When I went to Costa Rica, I brought three books. I was gone for a week, so the original plan was to bring 4. However, apart from reading on the plane and while waiting around in airports, I didn’t read that much when I was there. It was hot, there was lots of sand, and there was too much to do!
Before I left, I took a trip with a friend to the bookstore to stock up. I ended up going on a teen-lit kick, buying Anna dressed in Blood, Alice in Zombieland and Vampire Academy. While other people at the yoga retreat were reading books about finding inner peace, I had books about a ghost, zombies and vampires.
I did buy another book as well. When I picked it up and decided to buy it, my friend said “Really? Lepers?” What can I say, I was intrigued.
The book was Moloka’i, by Alan Brennert. I didn’t end up reading it while I was in Costa Rica. I started it yesterday and finished it this morning. Yes, it’s one of those books. You, know, the kind that draws you in, shutting out the rest of the world. It broke my heart, it made me smile and I now need to go to Hawaii.
It tells the story of Rachel, a young girl living in Honolulu in 1891. She’s 5 years old and she loves to ask questions, which drives most of the adults in her life quite crazy! One day, her uncle Pono is arrested on suspicion of being a leper. He is sent to Kalihi, a hospital, where he is kept in quarantine. Just as the family is starting to get over the shock and shame of having a relative with leprosy, Rachel’s mother finds a pink blemish on the little girl’s thigh.
Her mother tries everything she can to cure her daughter, while keeping it a secret. Hawaiians, at that time in history, were quickly dying of diseases brought over by haoles, white people. Having never been in contact with these germs, they had no immunity against them. Not much was know about leprosy, except that it was contagious.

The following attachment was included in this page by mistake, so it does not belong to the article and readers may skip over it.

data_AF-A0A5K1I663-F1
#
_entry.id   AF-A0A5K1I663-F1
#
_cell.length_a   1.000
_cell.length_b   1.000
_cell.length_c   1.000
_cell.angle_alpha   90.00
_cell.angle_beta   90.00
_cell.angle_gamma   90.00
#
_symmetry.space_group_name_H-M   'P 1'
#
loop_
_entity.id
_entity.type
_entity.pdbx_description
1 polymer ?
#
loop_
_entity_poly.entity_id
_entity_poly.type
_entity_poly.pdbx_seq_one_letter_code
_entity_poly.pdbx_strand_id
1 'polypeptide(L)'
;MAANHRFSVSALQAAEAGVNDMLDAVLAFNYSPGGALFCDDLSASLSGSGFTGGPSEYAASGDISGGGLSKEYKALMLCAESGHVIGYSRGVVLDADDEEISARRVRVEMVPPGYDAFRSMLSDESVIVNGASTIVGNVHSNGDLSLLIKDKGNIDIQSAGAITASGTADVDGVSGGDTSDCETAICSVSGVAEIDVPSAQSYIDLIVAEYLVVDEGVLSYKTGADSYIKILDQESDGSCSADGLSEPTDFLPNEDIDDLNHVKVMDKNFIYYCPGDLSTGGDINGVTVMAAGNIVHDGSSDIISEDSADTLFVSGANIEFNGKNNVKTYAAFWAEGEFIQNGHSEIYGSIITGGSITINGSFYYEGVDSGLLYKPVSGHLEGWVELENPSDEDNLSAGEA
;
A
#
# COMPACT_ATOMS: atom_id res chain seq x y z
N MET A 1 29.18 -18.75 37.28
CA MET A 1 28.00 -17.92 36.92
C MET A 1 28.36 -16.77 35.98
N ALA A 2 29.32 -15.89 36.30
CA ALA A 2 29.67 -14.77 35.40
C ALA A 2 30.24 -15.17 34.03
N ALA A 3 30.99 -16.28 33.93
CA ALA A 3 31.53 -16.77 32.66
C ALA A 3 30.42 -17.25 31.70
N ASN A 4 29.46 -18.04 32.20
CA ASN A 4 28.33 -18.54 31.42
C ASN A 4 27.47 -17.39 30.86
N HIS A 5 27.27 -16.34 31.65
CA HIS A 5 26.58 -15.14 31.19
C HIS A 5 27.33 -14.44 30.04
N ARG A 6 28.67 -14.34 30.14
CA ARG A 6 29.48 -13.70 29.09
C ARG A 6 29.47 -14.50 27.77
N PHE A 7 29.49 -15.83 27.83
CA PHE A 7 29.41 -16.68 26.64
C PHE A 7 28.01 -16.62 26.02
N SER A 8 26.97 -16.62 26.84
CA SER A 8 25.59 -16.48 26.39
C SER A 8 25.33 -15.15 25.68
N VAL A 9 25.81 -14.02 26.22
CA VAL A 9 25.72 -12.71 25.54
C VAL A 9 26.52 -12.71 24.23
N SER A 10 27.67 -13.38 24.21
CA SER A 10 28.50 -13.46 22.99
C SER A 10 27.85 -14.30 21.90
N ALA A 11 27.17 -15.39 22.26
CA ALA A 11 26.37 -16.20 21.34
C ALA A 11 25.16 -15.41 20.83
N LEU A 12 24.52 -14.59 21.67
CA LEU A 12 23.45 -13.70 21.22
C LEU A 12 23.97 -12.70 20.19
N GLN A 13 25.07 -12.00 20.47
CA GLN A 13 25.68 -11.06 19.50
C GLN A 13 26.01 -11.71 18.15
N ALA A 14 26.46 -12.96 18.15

Rachel is eventually found out, and sent to Kalihi, where she reunites with her uncle Pono. Small, afraid, and separated from her family, Rachel is poked and prodded by doctors for a year before they decide they cannot help her and she must be sent away to a leper colony on Moloka’i. She is ripped from the only life she has ever know and sent to an island where she expects to die.
When she arrives, however, she discovers a world apart from anything she has ever known. Her life is not always easy, but it is a life worth living. She watches friends die and her body being taken over by the bug. She loves, she grieves, but most importantly, she lives.
This book was so well written. It informative without being boring. I have long been fascinated by leprosy, and learning about it through the story of people’s lives was much more interesting than reading a textbook. The beginning of the story was intriguing, the middle captivating and the ending satisfying. If you’re looking for your next book to read, here it is.